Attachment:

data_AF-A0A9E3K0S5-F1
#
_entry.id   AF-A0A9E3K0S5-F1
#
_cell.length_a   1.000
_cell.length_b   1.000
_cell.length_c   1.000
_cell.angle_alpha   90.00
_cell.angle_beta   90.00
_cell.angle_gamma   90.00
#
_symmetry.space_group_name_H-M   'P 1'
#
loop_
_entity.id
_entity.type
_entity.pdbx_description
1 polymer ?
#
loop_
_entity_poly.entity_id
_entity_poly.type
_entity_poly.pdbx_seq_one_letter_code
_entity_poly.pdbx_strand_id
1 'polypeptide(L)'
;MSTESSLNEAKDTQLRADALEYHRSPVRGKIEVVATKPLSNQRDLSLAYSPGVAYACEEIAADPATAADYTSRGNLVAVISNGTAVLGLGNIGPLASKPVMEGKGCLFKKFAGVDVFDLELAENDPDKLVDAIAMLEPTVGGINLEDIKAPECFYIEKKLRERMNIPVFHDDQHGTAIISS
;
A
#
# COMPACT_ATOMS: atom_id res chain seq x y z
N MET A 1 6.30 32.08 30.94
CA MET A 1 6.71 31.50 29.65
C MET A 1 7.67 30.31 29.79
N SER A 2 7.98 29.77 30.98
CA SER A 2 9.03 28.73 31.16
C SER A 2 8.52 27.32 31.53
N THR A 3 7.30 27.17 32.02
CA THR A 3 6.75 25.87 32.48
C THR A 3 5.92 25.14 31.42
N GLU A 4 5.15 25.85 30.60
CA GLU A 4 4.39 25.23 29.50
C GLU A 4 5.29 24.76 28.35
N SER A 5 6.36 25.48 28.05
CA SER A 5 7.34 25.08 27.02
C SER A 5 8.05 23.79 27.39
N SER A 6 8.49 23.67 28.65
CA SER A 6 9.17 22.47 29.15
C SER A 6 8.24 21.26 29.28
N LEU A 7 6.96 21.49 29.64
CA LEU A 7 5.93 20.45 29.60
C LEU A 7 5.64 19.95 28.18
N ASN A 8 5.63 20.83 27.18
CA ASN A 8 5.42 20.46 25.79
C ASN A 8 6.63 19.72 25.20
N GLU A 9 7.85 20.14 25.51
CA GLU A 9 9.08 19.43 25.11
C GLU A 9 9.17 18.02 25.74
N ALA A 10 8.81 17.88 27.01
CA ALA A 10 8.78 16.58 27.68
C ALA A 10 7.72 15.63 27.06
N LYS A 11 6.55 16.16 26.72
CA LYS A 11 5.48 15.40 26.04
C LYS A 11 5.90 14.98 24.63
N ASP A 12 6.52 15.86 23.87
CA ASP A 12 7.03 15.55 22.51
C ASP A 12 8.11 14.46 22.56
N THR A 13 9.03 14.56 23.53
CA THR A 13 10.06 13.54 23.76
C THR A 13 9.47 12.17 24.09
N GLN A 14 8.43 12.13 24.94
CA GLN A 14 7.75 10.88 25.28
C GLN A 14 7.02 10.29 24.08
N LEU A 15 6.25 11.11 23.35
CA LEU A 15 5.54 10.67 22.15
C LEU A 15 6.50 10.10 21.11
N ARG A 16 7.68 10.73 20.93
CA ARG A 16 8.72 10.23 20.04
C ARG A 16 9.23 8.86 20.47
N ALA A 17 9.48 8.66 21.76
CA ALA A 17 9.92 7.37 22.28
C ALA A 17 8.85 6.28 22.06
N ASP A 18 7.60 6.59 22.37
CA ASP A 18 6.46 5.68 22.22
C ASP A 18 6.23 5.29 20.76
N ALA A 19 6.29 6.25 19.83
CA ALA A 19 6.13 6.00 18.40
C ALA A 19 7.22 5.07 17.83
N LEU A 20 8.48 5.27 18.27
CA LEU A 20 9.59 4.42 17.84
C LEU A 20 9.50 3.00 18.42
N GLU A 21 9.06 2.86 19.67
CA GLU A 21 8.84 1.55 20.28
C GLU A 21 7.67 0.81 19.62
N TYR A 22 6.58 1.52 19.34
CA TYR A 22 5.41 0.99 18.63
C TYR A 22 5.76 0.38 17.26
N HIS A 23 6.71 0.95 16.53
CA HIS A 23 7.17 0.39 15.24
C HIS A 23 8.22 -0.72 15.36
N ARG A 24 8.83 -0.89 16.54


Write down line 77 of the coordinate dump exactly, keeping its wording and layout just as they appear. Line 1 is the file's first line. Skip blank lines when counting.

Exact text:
CA ARG A 16 8.72 10.23 20.04